Will the Iran deal usher in an era of nuclear terror attacks?

One cold winter day in Moscow in 2013, police burst into the home of a 35-year-old college professor, where they confiscated 14 kilograms of radioactive materials. When questioned, the professor claimed that he had acquired the materials at burial sites and planned to use them to irradiate a friend who desired to become immortal.

The incident, one among hundreds over the past few years, highlights a critical weakness in the nuclear nonproliferation regime: the inability of governments and international organizations to keep radioactive materials off the black market. In the case of the Moscow professor, the materials were never reported missing or stolen. Indeed, this is the case with about every serious nuclear trafficking incident that the International Atomic Energy Association (IAEA) has uncovered. The IAEA itself has concluded that it is likely that most black market nuclear materials remain in circulation.

Government authorities do have equipment to test for the radioactive materials, but these alarms are also triggered by a wide range of non-suspect items such as optical lenses or video screens with thorium, watches with radium, kitty litter that contains potassium, or natural uranium found in some ceramics. Traffickers can exploit these "innocent alarms" to test the detection capabilities of authorities along trade routes. It's a cat-and-mouse game in which the cat must procure expensive systems to catch mice. And in Eastern Europe and Asia, government authorities simply don't have the budget or governance in place to keep the mouse population in check.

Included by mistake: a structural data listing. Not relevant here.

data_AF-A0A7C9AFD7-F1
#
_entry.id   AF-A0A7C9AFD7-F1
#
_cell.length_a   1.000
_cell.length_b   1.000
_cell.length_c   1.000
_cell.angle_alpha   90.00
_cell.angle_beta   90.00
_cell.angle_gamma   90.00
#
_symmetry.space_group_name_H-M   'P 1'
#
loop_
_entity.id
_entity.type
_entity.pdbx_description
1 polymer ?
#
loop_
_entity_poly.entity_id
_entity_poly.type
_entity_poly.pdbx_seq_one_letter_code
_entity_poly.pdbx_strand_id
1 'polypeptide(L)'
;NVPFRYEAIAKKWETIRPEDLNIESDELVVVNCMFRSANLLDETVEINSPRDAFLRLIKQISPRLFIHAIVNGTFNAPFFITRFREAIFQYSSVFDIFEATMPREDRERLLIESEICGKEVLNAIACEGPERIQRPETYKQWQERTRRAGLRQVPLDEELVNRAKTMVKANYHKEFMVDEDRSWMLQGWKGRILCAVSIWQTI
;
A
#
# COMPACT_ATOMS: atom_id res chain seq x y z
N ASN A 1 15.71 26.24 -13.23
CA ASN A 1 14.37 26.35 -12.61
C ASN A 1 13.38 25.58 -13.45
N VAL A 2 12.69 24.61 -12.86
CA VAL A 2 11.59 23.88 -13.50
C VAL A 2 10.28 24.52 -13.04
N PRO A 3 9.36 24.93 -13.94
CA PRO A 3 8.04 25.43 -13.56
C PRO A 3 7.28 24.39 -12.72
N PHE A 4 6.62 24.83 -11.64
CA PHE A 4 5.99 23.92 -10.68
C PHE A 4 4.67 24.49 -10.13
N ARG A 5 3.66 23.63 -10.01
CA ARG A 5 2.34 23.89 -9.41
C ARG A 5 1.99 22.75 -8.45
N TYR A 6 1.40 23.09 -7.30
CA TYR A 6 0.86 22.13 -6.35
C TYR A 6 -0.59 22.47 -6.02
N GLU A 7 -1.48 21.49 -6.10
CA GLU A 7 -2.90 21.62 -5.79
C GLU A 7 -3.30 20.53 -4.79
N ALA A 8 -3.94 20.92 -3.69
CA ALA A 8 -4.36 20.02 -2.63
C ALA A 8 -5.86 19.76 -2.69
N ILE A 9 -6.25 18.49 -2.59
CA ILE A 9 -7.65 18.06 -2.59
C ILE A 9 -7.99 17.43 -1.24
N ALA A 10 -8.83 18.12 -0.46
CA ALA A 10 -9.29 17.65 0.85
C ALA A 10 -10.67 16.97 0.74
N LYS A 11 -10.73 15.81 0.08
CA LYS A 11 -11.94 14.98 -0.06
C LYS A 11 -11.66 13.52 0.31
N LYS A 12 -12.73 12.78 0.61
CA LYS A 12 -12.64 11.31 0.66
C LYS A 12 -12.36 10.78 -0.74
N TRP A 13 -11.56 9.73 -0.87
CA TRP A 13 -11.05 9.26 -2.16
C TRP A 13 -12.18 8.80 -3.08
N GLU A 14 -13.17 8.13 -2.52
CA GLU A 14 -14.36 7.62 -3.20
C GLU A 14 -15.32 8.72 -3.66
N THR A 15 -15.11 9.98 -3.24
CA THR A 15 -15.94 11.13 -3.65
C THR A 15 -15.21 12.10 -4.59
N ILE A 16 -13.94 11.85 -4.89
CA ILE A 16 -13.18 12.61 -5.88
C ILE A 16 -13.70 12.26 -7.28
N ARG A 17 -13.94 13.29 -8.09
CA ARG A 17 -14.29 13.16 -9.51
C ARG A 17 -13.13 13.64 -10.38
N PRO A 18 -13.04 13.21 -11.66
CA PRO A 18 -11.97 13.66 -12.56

Between 1993 and 2012, authorities confiscated 19.2 kilograms (kg) of highly enriched uranium (HEU) from traffickers. The IAEA estimates that terrorists or terrorist states need as little as 25 kg of HEU to develop an improvised nuclear device (IND) capable of destroying the heart of an average-sized U.S. city.

Thus, the main obstacle to the detonation of such a device is nuclear know-how.

This is precisely why Congress must be party to the contents of the secret agreements of the Iran nuclear deal. These secret agreements reveal what, if anything, Iran must disclose about its past weapons development and what access the IAEA will have to the military complex in Parchin where the Iranians are most likely developing the know-how to build nuclear devices, such as warheads or INDs.